Love Your Tree with Kara Richardson Whitely
The Nature of our Ever-Changing Journey
Kara Richardson Whitely is an Eating Recovery Center national recovery advocate and the author of Gorge: My Journey Up Kilimanjaro at 300 Pounds, which is being made into a movie produced by This Is Us actress Chrissy Metz. She has been featured on The Today Show, Good Morning America, and The New York Times. Follow her journey on Instagram @kararichardsonwhitely.
These days, I've been drawn to botanical gardens. There is something so grounding about them. They've all been planned out and are the perfect expression of nature's art. The trees and their roots have been there for decades. The flowers are shining at their brightest moments. And every time you walk through, it's different.
When I think about Love Your Tree and my recovery, I think about these botanical gardens. Every city I visit, I try to visit a botanical garden to see what it shows me about my recovery and myself.
My art and my creativity are in storytelling. I love storytelling because it grounds me. It gives me a glimpse into the current moment. It shows me my past resilience. And it also shines a light on the changes I've been through since the beginning of my life and the growth that has happened since then.
I'm most known for my book Gorge: My Journey Up Kilimanjaro at 300 Pounds. That story dives into my relationship with food, my body, and how I've learned to love myself where I am.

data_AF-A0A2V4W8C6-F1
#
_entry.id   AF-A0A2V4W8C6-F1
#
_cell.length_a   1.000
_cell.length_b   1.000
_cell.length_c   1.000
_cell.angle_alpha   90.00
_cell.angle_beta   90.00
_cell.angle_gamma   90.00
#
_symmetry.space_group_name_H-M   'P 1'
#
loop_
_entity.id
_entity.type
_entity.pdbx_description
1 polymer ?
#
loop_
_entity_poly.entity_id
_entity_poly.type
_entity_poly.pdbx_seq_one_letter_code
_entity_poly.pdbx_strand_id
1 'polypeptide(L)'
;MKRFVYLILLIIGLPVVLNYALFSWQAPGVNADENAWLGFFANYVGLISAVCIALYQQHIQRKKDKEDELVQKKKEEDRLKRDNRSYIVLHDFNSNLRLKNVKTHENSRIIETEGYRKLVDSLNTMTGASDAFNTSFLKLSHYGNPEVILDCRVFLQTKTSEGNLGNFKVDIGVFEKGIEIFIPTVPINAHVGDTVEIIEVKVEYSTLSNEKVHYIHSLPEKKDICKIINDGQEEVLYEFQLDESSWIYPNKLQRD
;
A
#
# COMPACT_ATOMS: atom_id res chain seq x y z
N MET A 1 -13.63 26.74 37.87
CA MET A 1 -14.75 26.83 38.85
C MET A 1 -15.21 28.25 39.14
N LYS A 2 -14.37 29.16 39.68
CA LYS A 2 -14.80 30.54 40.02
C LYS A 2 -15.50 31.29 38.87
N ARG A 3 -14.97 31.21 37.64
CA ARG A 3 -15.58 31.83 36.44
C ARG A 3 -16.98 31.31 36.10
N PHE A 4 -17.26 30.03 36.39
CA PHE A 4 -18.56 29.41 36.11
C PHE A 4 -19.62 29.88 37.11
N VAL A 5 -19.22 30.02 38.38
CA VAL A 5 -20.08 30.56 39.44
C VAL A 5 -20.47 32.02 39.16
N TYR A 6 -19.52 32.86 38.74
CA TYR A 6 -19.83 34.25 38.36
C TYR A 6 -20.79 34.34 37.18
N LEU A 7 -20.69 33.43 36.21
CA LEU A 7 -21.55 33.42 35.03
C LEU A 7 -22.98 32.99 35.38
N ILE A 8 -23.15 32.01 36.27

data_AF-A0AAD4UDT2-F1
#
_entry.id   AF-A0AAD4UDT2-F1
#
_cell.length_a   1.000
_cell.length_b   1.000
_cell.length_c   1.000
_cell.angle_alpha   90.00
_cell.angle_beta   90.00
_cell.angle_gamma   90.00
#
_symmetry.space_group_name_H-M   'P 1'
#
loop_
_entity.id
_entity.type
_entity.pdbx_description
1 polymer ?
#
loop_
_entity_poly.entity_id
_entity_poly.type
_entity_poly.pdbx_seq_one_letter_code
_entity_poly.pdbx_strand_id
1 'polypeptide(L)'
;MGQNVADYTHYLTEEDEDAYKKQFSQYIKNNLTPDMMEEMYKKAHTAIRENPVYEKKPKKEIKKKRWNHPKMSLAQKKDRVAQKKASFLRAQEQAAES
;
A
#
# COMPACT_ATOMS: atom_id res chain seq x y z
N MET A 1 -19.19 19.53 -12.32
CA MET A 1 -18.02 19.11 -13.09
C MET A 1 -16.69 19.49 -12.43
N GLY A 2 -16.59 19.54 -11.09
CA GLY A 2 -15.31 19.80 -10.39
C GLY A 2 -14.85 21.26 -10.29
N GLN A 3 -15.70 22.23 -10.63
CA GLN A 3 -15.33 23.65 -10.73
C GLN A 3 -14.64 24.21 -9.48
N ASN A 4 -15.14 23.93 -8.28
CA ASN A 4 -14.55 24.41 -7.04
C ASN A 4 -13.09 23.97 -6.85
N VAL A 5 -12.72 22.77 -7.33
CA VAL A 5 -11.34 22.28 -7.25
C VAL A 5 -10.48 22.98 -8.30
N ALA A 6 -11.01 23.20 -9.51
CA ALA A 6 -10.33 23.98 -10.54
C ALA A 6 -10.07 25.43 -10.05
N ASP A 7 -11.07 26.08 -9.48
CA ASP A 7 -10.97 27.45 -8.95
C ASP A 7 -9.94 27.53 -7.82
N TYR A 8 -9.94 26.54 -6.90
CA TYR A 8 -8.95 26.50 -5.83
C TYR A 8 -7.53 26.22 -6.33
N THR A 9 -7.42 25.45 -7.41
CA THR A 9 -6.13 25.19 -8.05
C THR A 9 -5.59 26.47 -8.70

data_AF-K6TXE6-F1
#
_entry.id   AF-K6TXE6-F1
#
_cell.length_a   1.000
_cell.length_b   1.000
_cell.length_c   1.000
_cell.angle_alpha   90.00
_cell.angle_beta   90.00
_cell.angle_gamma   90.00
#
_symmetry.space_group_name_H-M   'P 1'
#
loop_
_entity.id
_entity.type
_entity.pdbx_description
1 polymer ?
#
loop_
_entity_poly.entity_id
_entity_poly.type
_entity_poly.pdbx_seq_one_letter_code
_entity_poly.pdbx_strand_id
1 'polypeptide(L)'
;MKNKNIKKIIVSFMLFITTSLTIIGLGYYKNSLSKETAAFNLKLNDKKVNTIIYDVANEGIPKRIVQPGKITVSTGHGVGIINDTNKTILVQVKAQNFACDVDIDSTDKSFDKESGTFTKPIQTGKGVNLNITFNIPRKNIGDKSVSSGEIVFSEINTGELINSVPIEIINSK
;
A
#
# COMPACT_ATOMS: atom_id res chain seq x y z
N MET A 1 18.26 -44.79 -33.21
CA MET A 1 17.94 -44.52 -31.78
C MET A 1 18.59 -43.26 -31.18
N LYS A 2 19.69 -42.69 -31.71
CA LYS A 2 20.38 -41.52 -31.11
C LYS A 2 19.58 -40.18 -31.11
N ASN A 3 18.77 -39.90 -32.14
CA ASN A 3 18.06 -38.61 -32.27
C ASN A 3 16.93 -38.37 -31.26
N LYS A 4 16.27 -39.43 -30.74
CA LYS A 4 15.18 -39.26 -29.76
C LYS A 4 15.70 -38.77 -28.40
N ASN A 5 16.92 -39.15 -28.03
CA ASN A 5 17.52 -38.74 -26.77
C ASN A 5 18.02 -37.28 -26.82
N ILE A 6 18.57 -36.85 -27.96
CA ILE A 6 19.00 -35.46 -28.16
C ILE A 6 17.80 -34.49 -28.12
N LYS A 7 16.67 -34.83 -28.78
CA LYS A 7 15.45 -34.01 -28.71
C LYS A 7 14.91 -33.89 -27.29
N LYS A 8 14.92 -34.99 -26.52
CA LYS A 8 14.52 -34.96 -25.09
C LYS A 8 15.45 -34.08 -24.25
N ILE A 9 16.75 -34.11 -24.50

Like a botanical garden, that journey didn't happen overnight. There were times when I doubted my path, but I planted the seeds of growth and healing. The art of writing also played a part... putting it all on the page helped me map out each step I took in my life, even when I questioned where I was going.
So what does this have to do with botanical gardens?
Well, I think like a tree, like a plant, we are forever growing. My story will continue growing far, far beyond my books, far beyond the pages. My journey is forever unfolding from this moment and will continue through the very last days of my life.
I'm so grateful for the steps I've taken through this process, through nature, and on the page.
I used to do a lot of yoga with this one particular teacher. We would stand in tree pose, without arms stretched wide, with one foot firmly on the ground, and when we unleashed our foot and placed it on our calf or inner thigh, wherever it would fit, wherever it landed, it was okay.
She would tell us when we were in tree pose, "It's okay if you sway because trees say." So it's okay if your body sways, or your life sways. Each of us are grounded in our bodies. We are grounded in nature. We are grounded in our stories. We are grounded in recovery. We are grounded in creativity.
So let it show you the way. Let it show you the way forward.